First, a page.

Why is GOP magnate Charles Koch telling his donors that the 2012 election will be the “mother of all wars”?

Charles Koch commenced a recent meeting of GOP fundraising magnates by announcing that the 2012 election will be the “mother of all wars.” Why this election, as opposed to the last one, or the one in 2016?

One explanation is that the GOP elite believe that the best time to “renegotiate the social contract” —something some of them have long dreamed of doing — is when the coffers are low and government spending is high. That the economic downturn is particularly deep and follows multi-trillion tax cuts plus two long wars has caused red ink to flow like lava — nevermind that the policies that brought the fiscal crisis about, tax cuts in particular, were put in place by the GOP and that GOP/Tea Party obstructionism has made effective governing impossible for at least a year and a half. Former GOP staffer, Michael Lofgren, who recently lefty his party in disgust, explains:

A couple of years ago, a Republican committee staff director told me candidly (and proudly) what the method was to all this obstruction and disruption. Should Republicans succeed in obstructing the Senate from doing its job, it would further lower Congress’s generic favorability rating among the American people. By sabotaging the reputation of an institution of government, the party that is programmatically against government would come out the relative winner.

The second explanation is, if possible, even more noxious. The GOP has become terrified by the pace of increasing ethnic diversity. They have built their success on a strategy of scapegoating people who are poor and/or nonwhite for political advantage, burning their bridges in the process. Reagan’s infamous comments about “welfare queens” driving cadillacs and “strapping young bucks” who use food stamps to buy steaks were clear enough. George H.W. Bush’s “Willy Horton” advertising campaign was similarly clear. Both worked. But time is running out on this approach. Paul Krugman:

Why does this history [of GOP race-baiting] matter now? Because it tells why the vision of a permanent conservative majority, so widely accepted a few years ago, is wrong. The point is that we have become a more diverse and less racist country over time. The “macaca” incident, in which Senator George Allen’s use of a racial insult led to his election defeat, epitomized the way in which America has changed for the better. And because conservative ascendancy has depended so crucially on the racial backlash — a close look at voting data shows that religion and “values” issues have been far less important — I believe that the declining power of that backlash changes everything.

But not that assumes the civil rights consensus of the past 40 years stays in place. That can no longer be taken for granted. In the current season the GOP has not only cued its hardcore base that it’s OK to pine for the 1950s when white protestants ran most everything, they are continuing to demonize undocumented immigrants. Many GOP candidates from southern states have supported building a fence to wall off our neighbor to the south.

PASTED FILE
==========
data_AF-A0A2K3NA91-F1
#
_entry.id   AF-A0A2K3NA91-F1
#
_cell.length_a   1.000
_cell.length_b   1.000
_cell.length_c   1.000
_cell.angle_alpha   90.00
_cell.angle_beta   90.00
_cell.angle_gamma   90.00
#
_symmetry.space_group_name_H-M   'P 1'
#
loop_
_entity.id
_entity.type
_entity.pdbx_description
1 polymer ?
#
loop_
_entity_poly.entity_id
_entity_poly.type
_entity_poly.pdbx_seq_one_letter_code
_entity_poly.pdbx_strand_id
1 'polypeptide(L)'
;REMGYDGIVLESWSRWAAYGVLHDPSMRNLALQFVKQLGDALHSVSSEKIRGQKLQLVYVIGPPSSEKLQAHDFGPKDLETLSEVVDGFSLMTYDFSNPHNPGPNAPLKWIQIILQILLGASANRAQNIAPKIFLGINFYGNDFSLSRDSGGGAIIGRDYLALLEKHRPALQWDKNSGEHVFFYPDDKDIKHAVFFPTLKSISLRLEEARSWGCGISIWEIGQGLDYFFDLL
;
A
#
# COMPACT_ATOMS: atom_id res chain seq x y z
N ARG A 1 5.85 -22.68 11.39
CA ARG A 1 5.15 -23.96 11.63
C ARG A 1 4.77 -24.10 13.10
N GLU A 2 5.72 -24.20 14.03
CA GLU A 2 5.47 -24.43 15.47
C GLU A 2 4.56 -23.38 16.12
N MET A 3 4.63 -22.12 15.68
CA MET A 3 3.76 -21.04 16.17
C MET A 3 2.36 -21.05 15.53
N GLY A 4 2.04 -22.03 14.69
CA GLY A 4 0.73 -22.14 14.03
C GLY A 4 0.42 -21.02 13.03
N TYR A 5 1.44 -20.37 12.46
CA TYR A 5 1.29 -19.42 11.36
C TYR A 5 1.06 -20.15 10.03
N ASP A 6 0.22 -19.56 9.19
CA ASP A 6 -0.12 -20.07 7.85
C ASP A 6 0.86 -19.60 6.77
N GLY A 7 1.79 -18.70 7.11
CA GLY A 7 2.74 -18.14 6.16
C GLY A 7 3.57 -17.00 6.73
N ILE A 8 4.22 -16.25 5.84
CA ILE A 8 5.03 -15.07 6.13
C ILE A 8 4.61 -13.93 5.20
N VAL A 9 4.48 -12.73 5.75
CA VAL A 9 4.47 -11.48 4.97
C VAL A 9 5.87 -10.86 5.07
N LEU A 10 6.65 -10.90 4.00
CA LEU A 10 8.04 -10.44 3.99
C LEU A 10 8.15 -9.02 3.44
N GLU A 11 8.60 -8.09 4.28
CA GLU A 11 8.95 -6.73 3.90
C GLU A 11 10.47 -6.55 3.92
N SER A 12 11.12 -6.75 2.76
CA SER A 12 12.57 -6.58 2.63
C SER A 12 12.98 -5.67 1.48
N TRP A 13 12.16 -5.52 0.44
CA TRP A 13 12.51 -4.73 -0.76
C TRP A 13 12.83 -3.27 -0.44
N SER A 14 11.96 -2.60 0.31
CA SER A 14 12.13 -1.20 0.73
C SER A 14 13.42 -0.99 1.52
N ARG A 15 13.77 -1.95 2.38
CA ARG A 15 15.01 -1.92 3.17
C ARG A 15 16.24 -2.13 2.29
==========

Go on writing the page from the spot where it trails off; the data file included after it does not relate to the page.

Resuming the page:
Where the GOP now controls the machinery of governments, they are making it far more difficult for poor people and those with “foreign” sounding surnames to vote, as this Rolling Stone article describes in detail. So when “conservative” thinker Matthew Vader recently equated registering a poor person to vote with handing him tools for burglary, he was candidly describing the premise underlying GOP strategy in the “mother of all wars.” They do this while simultaneously accusing Democrats of engaging in “class warfare.”

The election of Barack Obama in 2008 has been the GOP’s biggest wake-up call. Viewed through the eyes of people like Rush Limbaugh and the Koch brothers, our racially mixed, well liked President is a clear sign that the GOP is quickly running out of time. 2012 may be their last, best chance to take down the programs of the New Deal and the Great Society. And it bothers them not at all that, in order to do so, they must first divide the country into teams as they put in place new rules for a zero-sum game: rich against poor; old against young, and white against black, yellow, and brown. How small these men are. Despite wealth beyond imagination, how pitiable.

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About Guy N. Texas

Guy N. Texas is the pen name of a lawyer living in Dallas, who is now a liberal. He was once conservative, but this word has so morphed in meaning that he can no longer call himself that in good conscience. Guy has no political aspirations. He speaks only for himself.
This entry was posted in Civil Rights, Culture, Government social programs, Income inequality, Law, News, Politics. Bookmark the permalink.

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